And none of the businesses succeeded, they all collapsed. Actually. In retrospect, I don’t even call myself an angel investor. I call myself the angel of death because I was that bad at it. And it was through that experience that I had an awakening of sorts. I realized, I didn’t know anything about entrepreneurship. I was in the right place, the right time in a few cases, I could work really hard. I didn’t really understand what made an entrepreneur successful. So I devoted my life from that point on, this is now almost 15 years ago. And I think I’ll do so till the day I leave this planet is I’m going to research out what makes entrepreneurship work. Every book I’ve written is something I really don’t understand fully. I’m trying to master for myself. I do own three companies today. And we implemented in all our businesses and that’s who I am. I’m just an author, trying to figure out how to make entrepreneurship easier and more effective.
Yeah. So one thing you mentioned that I think some entrepreneurs do, and I I’ve done that many times before is when you’re on cloud nine, you’re making a bunch of money and it’s like, you’re just throwing money at stuff, right? You for you, it was other businesses, right? For entrepreneurs, it could be marketing, it could be the big masterminds they spend a bunch of money on. It’s just money goes out and they don’t realize where it’s going. So we’ll jump into profit first. Reason that I wanted to reach out to you is because you’re doing Profit First for real estate investors, which I think is coming out soon, if I’m not mistaken. Yeah. So tell us a little bit about Profit First, for those who don’t know the concept and kind of just a baseline of what Profit First is and how they can potentially help implement it in their business or get the vision for it.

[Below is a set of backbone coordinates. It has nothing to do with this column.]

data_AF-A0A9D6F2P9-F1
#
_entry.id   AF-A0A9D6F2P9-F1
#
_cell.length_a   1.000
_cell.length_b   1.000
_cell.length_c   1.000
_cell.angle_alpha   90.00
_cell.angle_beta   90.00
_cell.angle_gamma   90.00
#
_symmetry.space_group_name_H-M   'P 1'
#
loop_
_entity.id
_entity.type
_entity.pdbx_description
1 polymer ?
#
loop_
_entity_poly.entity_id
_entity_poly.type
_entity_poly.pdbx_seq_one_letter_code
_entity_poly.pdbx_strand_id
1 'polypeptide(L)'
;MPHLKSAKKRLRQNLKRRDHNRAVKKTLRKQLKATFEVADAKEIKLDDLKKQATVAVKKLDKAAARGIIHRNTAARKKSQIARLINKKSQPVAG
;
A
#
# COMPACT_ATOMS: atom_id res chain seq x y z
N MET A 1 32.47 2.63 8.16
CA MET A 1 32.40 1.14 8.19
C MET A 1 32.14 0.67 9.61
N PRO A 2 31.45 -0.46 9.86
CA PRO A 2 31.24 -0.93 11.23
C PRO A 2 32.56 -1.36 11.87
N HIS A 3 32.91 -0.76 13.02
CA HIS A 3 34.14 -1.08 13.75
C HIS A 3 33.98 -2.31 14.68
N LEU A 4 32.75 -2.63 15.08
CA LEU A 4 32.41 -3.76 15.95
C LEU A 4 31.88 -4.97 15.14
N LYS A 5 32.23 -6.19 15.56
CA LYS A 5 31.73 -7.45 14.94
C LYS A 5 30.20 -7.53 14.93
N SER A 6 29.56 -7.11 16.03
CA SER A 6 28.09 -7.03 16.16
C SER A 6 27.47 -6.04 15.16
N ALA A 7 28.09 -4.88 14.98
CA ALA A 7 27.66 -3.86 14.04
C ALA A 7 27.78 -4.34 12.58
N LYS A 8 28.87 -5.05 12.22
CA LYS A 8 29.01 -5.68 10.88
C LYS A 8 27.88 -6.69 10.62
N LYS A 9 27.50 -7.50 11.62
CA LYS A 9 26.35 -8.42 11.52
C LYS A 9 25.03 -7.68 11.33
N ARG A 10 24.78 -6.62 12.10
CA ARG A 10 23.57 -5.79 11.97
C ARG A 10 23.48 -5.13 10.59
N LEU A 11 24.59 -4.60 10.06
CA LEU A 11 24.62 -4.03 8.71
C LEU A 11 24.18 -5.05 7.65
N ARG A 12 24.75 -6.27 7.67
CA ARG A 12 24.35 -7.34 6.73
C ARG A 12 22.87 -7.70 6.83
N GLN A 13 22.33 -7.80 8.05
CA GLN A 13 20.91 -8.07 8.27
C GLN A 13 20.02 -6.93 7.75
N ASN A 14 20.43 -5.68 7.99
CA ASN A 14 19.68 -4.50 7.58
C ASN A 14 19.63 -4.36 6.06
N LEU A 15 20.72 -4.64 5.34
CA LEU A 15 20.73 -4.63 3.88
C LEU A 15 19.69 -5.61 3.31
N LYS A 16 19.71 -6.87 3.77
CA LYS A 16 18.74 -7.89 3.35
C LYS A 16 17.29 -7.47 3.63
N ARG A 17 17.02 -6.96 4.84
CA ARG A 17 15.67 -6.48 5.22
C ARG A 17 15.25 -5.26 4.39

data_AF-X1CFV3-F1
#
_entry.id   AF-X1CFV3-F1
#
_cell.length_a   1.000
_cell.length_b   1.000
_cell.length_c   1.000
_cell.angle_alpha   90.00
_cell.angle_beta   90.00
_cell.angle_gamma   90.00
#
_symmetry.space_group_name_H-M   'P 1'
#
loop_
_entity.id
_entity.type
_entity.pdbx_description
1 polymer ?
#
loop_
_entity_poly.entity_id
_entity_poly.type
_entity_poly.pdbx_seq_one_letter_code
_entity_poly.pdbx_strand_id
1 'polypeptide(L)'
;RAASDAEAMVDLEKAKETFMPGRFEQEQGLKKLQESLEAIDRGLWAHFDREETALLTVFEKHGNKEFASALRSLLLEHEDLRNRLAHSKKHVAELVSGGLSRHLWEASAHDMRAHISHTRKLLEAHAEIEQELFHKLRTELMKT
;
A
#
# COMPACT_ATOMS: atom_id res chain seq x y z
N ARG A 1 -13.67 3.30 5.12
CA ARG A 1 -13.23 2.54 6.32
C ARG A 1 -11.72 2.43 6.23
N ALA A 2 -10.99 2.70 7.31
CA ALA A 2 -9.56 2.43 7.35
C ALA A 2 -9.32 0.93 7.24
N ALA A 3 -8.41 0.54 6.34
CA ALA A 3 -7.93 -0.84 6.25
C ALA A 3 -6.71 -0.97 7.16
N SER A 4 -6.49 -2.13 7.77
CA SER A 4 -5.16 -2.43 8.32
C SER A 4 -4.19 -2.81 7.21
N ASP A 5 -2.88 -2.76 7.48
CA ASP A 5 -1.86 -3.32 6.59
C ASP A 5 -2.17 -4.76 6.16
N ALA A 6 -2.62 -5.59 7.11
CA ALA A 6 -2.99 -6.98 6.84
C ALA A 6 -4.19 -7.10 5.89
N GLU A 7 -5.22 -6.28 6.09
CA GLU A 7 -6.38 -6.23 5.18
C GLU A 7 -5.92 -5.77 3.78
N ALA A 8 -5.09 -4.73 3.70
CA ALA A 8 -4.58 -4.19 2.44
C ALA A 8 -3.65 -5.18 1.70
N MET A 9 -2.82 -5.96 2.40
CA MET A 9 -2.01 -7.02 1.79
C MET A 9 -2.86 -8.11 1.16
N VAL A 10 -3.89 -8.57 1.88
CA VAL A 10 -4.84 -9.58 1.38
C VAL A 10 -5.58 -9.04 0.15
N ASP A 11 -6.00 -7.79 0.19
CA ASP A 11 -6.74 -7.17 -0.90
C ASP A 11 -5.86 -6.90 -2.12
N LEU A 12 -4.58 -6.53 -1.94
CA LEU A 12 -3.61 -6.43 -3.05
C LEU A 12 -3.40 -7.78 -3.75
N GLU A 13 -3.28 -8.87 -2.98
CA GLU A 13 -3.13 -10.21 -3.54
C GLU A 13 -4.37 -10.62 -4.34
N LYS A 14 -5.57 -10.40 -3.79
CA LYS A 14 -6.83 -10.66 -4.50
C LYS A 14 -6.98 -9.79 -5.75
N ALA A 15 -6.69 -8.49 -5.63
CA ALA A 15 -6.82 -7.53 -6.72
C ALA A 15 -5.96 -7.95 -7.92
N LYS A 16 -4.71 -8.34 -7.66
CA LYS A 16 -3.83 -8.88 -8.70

Yeah. So something that I thought was very interesting was there was a study that came out from US bank, and they did this in conjunction with the SBA, but they identified is of small business globally, there’s 300 million small businesses. And the SBA defines a small business as a company that does $25 million in annual revenue or less. So that’s a lot of business. That’s my business, my businesses. And they identify as an 83% of these businesses are in a cash crisis, check to check survival. What would confuse me is it means almost everyone’s struggling to make money. And I’m like, how can that be? Because everyone I know who started their business, when the business to make money, you said it know personal freedom, financial freedom. That’s why we’re doing this. How come we aren’t doing it, what’s wrong with us. And that’s when it hit a ton of bricks, I was just looking at my business and other businesses.
And I realized we all follow one formula. It’s called GAAP or GAAP – generally accepted accounting principles – and the foundational formulas is this – that sales minus expenses equals profit. As looking at this, I was like, oh my gosh, while this makes logical sense, behaviorally, it’s totally wrong. When something comes last – profit, – it means it’s insignificant. And think about when we, if you love your family, you say, I put my family first. You’d never say, put my family last. Or I put my health last now because it’s so important. What comes first gets done, what comes last gets delayed or just totally ignored. And what I saw almost every entrepreneur doing, and I saw my own story over and over again, when profit didn’t happen this tax season, I said, well, maybe next tax season. I delay the consideration literally for a full year. We didn’t profit first.
So I flipped the formula. It’s sales minus profit equals expenses. And I mean, here in practice is every time revenue comes in – sales, – we subtract a predetermined percentage as profit. We take our profit first. Hence the title. Hide the money away, and then our business, the remaining money, our business tells us this is the money you have left over to operate your business. If you want to have a 20% profit, take 20%. Now that remaining money is what you must run your business off. So it’s a way to reverse engineer profit. Effectively it’s the pay yourself first principle applied to business.